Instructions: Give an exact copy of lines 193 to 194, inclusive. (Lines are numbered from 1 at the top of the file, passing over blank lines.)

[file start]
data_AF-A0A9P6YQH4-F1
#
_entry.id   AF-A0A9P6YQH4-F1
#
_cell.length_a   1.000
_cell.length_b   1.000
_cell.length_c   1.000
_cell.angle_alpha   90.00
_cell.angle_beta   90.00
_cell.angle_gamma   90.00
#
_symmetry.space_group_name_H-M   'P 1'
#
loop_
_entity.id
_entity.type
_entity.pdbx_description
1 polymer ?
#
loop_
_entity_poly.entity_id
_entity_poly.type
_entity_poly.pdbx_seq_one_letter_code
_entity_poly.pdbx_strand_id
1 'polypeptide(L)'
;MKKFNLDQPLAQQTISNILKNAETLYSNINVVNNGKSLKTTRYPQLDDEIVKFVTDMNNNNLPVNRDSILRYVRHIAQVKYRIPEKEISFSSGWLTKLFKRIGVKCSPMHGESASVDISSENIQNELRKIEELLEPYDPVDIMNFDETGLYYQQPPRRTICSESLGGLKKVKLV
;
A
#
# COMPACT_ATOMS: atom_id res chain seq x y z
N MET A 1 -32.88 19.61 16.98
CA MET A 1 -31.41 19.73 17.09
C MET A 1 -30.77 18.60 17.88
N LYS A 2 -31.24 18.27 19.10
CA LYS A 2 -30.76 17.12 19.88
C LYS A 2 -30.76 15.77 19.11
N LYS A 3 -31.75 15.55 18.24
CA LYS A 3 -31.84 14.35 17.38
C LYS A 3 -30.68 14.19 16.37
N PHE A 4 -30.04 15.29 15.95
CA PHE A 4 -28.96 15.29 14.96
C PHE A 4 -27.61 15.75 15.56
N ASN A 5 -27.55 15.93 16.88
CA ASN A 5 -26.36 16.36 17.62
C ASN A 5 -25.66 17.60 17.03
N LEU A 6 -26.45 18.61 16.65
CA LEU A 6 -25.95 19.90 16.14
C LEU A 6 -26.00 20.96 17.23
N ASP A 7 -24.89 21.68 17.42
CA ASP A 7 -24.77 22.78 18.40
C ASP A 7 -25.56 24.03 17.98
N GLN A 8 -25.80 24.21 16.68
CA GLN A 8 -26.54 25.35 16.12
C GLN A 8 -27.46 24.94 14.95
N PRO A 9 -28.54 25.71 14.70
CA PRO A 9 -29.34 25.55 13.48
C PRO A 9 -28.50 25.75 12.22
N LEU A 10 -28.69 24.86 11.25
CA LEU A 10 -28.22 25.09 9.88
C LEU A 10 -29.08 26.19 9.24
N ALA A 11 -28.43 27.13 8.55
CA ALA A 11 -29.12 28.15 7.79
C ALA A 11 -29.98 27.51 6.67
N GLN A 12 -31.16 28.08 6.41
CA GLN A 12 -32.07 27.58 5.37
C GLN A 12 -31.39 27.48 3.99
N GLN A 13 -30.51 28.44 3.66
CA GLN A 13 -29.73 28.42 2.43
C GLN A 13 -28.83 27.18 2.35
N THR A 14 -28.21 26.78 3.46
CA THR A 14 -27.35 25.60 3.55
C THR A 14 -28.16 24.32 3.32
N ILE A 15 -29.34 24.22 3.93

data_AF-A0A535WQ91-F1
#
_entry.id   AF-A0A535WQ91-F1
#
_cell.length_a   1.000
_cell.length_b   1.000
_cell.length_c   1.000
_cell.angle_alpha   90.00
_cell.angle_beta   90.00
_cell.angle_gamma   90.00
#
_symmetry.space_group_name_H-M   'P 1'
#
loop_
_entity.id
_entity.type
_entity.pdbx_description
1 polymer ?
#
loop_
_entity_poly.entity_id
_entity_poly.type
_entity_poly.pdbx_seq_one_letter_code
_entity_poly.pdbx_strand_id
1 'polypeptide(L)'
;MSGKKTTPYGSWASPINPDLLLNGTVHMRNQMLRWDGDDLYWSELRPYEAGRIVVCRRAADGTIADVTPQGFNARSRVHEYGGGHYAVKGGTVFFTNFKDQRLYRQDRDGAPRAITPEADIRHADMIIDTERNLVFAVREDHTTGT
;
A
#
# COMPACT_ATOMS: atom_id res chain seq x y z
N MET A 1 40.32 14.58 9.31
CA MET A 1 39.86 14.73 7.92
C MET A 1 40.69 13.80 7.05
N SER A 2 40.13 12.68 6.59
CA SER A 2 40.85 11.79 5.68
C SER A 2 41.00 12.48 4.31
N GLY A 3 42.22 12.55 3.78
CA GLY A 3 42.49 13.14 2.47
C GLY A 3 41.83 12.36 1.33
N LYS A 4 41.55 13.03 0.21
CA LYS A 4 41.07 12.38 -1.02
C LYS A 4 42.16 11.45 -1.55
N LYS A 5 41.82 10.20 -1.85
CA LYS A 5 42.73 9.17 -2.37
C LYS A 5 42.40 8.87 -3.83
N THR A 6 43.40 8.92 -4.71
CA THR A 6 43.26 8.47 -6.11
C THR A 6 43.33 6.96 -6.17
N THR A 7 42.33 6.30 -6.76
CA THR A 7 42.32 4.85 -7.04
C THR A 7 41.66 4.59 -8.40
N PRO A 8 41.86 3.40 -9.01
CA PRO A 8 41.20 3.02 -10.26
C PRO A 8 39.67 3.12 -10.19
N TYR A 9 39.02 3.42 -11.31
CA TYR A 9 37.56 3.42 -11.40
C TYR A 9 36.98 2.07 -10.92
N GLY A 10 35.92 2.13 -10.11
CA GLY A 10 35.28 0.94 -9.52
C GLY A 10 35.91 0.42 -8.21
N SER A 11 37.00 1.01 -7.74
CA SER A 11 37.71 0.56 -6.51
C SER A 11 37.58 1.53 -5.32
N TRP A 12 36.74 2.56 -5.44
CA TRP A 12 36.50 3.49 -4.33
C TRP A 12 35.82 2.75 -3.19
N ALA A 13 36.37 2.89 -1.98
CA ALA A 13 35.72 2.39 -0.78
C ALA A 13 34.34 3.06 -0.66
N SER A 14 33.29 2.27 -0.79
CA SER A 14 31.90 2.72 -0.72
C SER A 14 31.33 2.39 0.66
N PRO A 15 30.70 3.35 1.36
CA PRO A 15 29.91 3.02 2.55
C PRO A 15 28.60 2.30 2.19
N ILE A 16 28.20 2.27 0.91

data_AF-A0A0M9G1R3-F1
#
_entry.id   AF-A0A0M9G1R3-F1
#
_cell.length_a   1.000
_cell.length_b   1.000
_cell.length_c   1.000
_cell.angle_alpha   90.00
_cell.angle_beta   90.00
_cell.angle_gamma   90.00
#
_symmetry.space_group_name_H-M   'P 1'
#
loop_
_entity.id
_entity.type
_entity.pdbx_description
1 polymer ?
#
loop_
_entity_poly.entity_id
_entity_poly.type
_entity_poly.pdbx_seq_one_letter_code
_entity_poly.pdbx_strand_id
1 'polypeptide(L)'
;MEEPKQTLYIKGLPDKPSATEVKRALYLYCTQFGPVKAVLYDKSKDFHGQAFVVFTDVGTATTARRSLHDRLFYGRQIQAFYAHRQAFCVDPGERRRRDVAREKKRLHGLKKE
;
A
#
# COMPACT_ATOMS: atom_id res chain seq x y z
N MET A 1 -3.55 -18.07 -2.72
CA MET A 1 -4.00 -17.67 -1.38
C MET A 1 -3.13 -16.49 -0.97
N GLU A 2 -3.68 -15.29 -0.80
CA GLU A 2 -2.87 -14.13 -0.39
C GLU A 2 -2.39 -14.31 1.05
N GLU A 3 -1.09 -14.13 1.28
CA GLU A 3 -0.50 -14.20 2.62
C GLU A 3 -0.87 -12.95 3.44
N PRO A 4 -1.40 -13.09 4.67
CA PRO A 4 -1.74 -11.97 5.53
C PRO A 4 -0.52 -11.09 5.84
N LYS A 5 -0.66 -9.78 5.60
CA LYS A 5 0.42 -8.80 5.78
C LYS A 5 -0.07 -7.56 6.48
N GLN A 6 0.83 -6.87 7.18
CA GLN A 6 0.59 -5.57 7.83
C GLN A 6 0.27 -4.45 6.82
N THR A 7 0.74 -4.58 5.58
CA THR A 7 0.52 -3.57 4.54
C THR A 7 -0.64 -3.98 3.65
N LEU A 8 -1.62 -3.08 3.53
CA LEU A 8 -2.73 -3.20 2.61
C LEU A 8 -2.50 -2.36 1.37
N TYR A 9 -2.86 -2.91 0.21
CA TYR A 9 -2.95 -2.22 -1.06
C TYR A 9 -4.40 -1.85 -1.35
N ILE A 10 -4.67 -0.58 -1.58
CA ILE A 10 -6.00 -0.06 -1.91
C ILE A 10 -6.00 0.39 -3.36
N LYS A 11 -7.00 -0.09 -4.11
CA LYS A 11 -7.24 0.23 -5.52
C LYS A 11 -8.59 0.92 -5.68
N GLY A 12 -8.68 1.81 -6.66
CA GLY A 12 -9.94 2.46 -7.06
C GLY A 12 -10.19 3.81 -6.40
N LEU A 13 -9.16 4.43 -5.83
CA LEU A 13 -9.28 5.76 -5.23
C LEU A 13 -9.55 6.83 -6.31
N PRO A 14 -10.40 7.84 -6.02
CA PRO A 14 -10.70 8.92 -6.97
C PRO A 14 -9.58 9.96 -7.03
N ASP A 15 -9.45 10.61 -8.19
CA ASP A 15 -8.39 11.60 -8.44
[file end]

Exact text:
CA LYS A 5 0.42 -8.80 5.78
C LYS A 5 -0.07 -7.56 6.48